EDITORIAL: Re-evaluate the University's current security practices
Over the past weekend, students in sophomore residence halls found Lobster Wok flyers in not only their hallways but also their suites, prompting some to call the Department of Public Safety. This board urges students and public safety officials alike to recognize the safety implications of this situation and respond accordingly.
For example, Devon Crittenden ’20 was doing homework in her Rosenthal North suite Saturday afternoon when an older woman entered her suite alongside a young girl. Crittenden wrote in an email to the Justice that, at first, she thought the pair was trying to find someone else’s room. Crittenden asked if they needed help, only for the young girl to ask if she would like a menu. Crittenden asked the pair to leave, but the woman and girl continued to walk around the building’s staircase, leaving flyers behind.
According to Crittenden, she and her suitemates called Brandeis Police to notify them of the trespassers, and she asked them to send an officer over in order to make the trespassers leave.
When an officer arrived about five minutes later, Crittenden could see the woman and young girl entering Rosie South.
Leon Rotenstein ’20 also told the Justice that he saw an older woman walking around with a young girl distributing Lobster Wok flyers, this time in East Quad.
The woman and girl were able to enter residence halls and walk directly into suites and rooms “uninvited and without knocking,” Crittenden said. This board finds the situation concerning, as someone else could have easily entered the buildings with intent to steal or harm.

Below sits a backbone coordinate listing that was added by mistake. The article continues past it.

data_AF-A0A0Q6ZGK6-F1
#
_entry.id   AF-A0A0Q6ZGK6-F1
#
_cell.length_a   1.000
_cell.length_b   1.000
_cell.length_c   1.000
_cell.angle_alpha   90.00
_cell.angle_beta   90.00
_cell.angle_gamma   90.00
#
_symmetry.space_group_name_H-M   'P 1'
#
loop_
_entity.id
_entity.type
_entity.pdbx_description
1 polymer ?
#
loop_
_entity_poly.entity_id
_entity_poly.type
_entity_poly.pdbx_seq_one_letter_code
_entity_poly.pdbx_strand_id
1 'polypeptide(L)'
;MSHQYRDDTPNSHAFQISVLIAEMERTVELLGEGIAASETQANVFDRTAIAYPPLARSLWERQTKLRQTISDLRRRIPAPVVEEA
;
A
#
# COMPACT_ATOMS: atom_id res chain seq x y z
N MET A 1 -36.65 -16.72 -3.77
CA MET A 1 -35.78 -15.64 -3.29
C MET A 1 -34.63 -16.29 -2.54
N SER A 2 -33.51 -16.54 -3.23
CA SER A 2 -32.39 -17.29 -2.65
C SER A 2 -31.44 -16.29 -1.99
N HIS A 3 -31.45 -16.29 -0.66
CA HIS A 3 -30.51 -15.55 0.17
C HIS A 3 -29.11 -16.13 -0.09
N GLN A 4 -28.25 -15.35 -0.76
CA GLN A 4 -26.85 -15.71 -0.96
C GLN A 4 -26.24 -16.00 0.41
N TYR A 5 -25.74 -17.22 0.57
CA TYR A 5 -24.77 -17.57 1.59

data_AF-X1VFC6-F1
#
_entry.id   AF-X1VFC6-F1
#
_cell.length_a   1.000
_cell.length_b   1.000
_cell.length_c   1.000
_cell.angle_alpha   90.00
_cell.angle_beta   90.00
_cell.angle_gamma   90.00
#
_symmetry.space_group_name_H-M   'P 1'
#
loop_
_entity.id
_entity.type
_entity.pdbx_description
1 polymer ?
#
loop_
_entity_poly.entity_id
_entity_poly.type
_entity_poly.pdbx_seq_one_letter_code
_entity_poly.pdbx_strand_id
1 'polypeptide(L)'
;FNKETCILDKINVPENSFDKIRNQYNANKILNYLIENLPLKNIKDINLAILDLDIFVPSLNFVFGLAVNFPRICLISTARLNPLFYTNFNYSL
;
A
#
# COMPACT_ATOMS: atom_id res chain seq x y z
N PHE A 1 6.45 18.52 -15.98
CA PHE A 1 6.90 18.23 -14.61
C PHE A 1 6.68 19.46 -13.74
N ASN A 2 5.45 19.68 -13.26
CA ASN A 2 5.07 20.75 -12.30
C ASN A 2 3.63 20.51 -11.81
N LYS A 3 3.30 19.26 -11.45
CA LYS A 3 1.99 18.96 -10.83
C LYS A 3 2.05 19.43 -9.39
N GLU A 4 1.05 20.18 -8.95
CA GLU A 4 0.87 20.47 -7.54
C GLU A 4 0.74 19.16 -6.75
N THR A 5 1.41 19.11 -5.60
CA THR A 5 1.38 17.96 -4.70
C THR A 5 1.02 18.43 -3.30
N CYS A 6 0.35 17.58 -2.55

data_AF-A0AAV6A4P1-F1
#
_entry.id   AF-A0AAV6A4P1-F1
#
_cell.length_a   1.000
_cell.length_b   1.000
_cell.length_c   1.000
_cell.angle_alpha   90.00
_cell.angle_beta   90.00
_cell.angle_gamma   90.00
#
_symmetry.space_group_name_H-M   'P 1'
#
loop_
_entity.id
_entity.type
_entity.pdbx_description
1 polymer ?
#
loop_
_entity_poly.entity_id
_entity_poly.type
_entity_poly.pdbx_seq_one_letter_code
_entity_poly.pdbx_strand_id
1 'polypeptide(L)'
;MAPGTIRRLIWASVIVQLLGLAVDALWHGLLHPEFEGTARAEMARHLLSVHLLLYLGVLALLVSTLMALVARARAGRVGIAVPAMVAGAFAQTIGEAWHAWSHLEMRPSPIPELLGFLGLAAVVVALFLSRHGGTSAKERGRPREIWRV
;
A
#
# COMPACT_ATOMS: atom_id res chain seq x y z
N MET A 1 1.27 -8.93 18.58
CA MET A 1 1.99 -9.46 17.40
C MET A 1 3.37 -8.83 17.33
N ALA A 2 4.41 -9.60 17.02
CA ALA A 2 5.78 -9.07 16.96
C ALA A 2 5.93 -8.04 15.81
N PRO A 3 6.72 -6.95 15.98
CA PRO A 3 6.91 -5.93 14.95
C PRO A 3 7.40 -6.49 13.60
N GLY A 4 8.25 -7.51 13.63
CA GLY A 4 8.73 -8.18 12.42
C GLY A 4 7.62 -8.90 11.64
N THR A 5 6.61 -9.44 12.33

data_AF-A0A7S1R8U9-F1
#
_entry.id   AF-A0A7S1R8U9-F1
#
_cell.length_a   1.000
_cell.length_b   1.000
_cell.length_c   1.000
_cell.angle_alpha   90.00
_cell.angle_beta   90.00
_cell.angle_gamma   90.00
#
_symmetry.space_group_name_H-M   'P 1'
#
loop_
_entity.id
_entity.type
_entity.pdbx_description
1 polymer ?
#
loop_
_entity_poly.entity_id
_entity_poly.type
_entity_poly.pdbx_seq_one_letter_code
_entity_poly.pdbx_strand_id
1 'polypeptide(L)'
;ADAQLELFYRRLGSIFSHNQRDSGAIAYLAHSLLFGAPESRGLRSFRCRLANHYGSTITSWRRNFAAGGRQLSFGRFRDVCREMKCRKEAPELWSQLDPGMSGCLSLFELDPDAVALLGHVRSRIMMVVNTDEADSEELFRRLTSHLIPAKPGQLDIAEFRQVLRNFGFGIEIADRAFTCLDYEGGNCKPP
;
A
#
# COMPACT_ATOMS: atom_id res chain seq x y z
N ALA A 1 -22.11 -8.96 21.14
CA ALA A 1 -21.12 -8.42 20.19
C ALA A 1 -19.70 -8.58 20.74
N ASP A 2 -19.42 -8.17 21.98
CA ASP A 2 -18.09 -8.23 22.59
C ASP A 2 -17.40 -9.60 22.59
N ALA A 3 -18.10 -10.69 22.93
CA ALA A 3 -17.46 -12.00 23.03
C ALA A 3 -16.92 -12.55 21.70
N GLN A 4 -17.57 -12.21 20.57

“If we had not been there, she [the woman] easily could have stolen our possessions or vandalized the room,” Crittenden wrote.
Many residence halls have a poster near the door cautioning students against “tailgating,” or allowing an unknown person to enter the building behind them. This board urges students to be more mindful of the people they let in and to refrain from propping doors open, as that increases the risk of a stranger entering the building. It is also important for students to lock their suites and rooms; even if an unauthorized person gains access to a residence hall, they would not be able to enter the suites or rooms if occupants lock their doors.
However, while students must take the necessary precautions against letting in strangers, public safety must respond accordingly as well. While there have been no reports of the Lobster Wok distributors harming anyone, the fact that they were able to enter the buildings should be a cause for concern among the community. Public safety must be able to respond quickly to these types of situations, because there is always a chance that someone who at first glance does not seem to pose a threat might end up becoming one. Students should not feel uncomfortable or unsafe in their own dorms, and it is important that the entire Brandeis community work together to prevent a recurrence of this situation.